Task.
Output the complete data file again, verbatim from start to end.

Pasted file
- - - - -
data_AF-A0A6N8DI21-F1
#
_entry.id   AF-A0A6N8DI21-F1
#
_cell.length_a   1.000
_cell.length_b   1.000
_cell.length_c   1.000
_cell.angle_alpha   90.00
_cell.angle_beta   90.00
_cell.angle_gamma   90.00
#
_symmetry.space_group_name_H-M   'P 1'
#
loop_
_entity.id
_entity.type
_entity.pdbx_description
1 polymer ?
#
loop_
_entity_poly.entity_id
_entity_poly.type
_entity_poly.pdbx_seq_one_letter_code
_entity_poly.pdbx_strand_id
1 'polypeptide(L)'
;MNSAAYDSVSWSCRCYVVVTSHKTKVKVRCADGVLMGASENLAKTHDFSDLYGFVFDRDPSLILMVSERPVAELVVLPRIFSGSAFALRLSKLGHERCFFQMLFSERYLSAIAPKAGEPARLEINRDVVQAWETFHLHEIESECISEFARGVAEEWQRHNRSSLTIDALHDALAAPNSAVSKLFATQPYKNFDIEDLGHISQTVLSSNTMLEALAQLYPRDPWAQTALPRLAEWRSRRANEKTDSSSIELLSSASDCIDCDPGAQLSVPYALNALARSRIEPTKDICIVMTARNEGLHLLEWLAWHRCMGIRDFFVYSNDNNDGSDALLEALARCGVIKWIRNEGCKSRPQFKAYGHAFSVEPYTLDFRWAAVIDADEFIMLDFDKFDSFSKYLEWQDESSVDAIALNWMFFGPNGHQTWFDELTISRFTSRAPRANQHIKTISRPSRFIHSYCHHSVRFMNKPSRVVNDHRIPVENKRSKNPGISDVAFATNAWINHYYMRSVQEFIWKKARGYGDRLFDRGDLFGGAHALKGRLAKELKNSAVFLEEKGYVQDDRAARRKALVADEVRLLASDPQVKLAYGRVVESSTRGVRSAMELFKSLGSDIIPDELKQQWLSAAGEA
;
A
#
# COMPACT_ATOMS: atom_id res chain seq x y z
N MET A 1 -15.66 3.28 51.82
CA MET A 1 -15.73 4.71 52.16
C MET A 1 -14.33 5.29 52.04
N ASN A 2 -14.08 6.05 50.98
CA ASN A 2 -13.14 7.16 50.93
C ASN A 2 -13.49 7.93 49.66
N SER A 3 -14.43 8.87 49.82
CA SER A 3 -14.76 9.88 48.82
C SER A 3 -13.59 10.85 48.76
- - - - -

data_AF-A0A6N8DI21-F1
#
_entry.id   AF-A0A6N8DI21-F1
#
_cell.length_a   1.000
_cell.length_b   1.000
_cell.length_c   1.000
_cell.angle_alpha   90.00
_cell.angle_beta   90.00
_cell.angle_gamma   90.00
#
_symmetry.space_group_name_H-M   'P 1'
#
loop_
_entity.id
_entity.type
_entity.pdbx_description
1 polymer ?
#
loop_
_entity_poly.entity_id
_entity_poly.type
_entity_poly.pdbx_seq_one_letter_code
_entity_poly.pdbx_strand_id
1 'polypeptide(L)'
;MNSAAYDSVSWSCRCYVVVTSHKTKVKVRCADGVLMGASENLAKTHDFSDLYGFVFDRDPSLILMVSERPVAELVVLPRIFSGSAFALRLSKLGHERCFFQMLFSERYLSAIAPKAGEPARLEINRDVVQAWETFHLHEIESECISEFARGVAEEWQRHNRSSLTIDALHDALAAPNSAVSKLFATQPYKNFDIEDLGHISQTVLSSNTMLEALAQLYPRDPWAQTALPRLAEWRSRRANEKTDSSSIELLSSASDCIDCDPGAQLSVPYALNALARSRIEPTKDICIVMTARNEGLHLLEWLAWHRCMGIRDFFVYSNDNNDGSDALLEALARCGVIKWIRNEGCKSRPQFKAYGHAFSVEPYTLDFRWAAVIDADEFIMLDFDKFDSFSKYLEWQDESSVDAIALNWMFFGPNGHQTWFDELTISRFTSRAPRANQHIKTISRPSRFIHSYCHHSVRFMNKPSRVVNDHRIPVENKRSKNPGISDVAFATNAWINHYYMRSVQEFIWKKARGYGDRLFDRGDLFGGAHALKGRLAKELKNSAVFLEEKGYVQDDRAARRKALVADEVRLLASDPQVKLAYGRVVESSTRGVRSAMELFKSLGSDIIPDELKQQWLSAAGEA
;
A
#
# COMPACT_ATOMS: atom_id res chain seq x y z
N MET A 1 -15.66 3.28 51.82
CA MET A 1 -15.73 4.71 52.16
C MET A 1 -14.33 5.29 52.04
N ASN A 2 -14.08 6.05 50.98
CA ASN A 2 -13.14 7.16 50.93
C ASN A 2 -13.49 7.93 49.66
N SER A 3 -14.43 8.87 49.82
CA SER A 3 -14.76 9.88 48.82
C SER A 3 -13.59 10.85 48.76